I was honoured to be asked to write a couple of guest posts for A Younger Theatre in preparation for their Digital Takeover of the Royal Opera House on Thursday for Romeo & Juliet. The first was all about starting ballet at 23 and the second was about MacMillan’s choreography for Romeo & Juliet. I thought I’d share them here, or you can read the originals here and here.
Dave Tries Ballet: Taking the first steps into ballet as an adult
What makes a guy decide, at 23, to take a ballet class for the first time? A year-and-a-half later and I’m still struggling to find an answer. I was studying in the US and wanted a new challenge, something completely outside my comfort zone. Ballet sprang to mind from nowhere and I’m hugely grateful it did.
It’s not exactly easy to start ballet at such a late (relatively speaking) age. Most people taking adult classes have danced as a child, even if they haven’t taken a class in years. As well as not having this previous experience, I felt my presence was particularly distinctive as I was a guy in a female-dominated activity. I was lucky to find some ‘absolute beginner’ adult classes and approached them with more than a hint of trepidation. My teacher told me to just follow along and do my best. I relished the challenge and emerged from the class feeling as if I’d accomplished something (even if it was just a quarter-turn pirouette), and was eager to try more. Soon, I was taking five classes a week and travelling to New York at weekends to get my fix.
Obviously being a 24-year-old guy doing ballet is not ‘the norm’. It’s rare to see other guys dance and can be hard to find adult classes. In fact, one of my weekly classes is at a local dance school and mainly consists of teenage girls, which took a little getting used to! It’s certainly humbling when someone half your age is leagues ahead of you.
I think the most frustrating thing about starting dance as an adult is that, whilst your brain can visualise a certain movement, your body doesn’t necessarily respond how you want it to. Whilst our brains are more analytical than a child’s, this can be as detrimental as it is beneficial. I have teachers telling me to “just go for it” when attempting something difficult like triple pirouettes or tours en l’air (a male move involving turning full-circle whilst mid-air), but often my over-analytical brain tenses me up and hinders me. At times I wish I had the fearlessness that children have to try anything, not afraid to fail or fall.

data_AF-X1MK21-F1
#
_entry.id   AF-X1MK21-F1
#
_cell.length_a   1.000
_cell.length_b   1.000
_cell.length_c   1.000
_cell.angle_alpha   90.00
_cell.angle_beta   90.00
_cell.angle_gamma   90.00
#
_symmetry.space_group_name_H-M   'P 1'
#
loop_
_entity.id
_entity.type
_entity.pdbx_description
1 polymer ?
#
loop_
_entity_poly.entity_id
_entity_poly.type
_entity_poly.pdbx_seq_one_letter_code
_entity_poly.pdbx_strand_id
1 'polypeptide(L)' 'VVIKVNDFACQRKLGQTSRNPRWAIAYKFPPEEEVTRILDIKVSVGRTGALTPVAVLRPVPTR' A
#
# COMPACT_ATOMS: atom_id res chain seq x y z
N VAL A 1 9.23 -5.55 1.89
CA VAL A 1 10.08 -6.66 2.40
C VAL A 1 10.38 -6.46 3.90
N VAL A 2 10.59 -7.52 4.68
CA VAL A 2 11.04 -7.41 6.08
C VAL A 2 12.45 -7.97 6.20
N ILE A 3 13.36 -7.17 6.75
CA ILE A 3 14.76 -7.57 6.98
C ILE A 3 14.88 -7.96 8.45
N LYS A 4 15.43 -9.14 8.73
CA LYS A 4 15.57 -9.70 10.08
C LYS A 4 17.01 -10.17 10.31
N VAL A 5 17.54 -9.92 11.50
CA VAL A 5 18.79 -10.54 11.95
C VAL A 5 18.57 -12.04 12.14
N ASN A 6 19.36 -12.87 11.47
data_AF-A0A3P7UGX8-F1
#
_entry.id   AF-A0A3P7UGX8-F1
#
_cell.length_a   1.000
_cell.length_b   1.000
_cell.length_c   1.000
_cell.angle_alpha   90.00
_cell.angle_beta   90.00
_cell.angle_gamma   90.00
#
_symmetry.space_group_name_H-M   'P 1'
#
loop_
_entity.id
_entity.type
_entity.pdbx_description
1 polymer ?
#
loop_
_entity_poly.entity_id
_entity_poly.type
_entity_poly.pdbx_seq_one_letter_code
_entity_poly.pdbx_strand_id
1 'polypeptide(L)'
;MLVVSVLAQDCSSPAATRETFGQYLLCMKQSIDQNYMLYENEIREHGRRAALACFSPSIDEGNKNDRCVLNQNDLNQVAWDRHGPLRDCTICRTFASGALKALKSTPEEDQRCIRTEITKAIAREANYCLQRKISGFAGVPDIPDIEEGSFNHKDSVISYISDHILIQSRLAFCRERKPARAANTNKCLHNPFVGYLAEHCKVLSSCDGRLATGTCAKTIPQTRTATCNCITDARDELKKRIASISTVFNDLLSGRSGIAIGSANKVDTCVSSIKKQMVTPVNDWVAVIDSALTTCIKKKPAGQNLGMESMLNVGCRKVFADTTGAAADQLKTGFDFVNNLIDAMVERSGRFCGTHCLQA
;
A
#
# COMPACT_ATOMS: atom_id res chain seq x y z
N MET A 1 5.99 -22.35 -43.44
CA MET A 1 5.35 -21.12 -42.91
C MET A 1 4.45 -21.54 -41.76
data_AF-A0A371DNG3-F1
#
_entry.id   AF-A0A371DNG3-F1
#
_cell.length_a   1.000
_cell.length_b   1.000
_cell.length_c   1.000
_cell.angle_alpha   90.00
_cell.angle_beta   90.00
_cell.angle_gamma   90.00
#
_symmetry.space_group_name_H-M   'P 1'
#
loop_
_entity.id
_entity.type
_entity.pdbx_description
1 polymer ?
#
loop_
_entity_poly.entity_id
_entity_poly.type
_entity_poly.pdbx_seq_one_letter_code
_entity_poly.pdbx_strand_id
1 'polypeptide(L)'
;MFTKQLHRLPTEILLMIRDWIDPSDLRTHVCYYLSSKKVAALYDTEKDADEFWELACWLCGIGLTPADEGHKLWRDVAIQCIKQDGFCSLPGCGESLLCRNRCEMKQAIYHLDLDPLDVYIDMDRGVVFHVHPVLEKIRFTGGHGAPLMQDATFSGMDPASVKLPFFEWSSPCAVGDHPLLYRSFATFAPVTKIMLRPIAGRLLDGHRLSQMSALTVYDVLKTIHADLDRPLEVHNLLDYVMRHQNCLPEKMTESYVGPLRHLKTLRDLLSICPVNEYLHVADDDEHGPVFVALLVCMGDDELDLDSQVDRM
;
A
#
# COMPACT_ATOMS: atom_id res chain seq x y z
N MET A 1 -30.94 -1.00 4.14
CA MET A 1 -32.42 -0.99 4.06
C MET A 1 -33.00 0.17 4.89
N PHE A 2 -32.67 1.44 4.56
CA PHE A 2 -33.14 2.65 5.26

One thing that people assume when I tell them that I dance is that I’m going to try to be a professional. I find this rather strange; playing tennis doesn’t imply you’re aiming for Wimbledon. That said, I am still serious about becoming the best dancer I can be. I currently take, on average, three or four classes a week and rent out a studio at least twice a week to practice. I also dance with a group of other recreational adult dancers (including some former professionals), which involves weekly repertoire sessions and performances.
There is also the male ballet stereotype to deal with: camp, effeminate and enjoys wearing tutus. This is, obviously, inaccurate and hasn’t stopped me doing ballet, as I think it is important to show the world that being masculine and dancing are not mutually exclusive. Great strides have been made by introducing high-profile male dancers into the media, such as with Billy Elliot and, more recently, Harry Judd’s victory on Strictly Come Dancing. Add to this the work of all-male companies such as BalletBoyz and it is becoming more socially acceptable for men to dance. Being an outnumbered guy has its perks too: the last piece I performed involved three gorgeous women fighting for my attention. It’s a hard life!
Since starting classes I’ve also started to watch more ballet. I appreciate seeing dance more now that I realise just how hard it is. A professional can make steps I can only dream of doing seem utterly effortless, which adds its own magic. We are very lucky in the UK to have some of the world’s greatest dance companies and, contrary to popular belief, it can be very affordable to see them. On top of youth discounts and promotions, there are shockingly cheap tickets up for grabs if you don’t mind standing or sitting (with binoculars) at the top of a theatre. For example, I recently saw the Royal Ballet in a matinee and evening performance, and the total cost for both tickets was £10. I don’t think I need to add that taking someone to a ballet is a distinctively romantic gesture!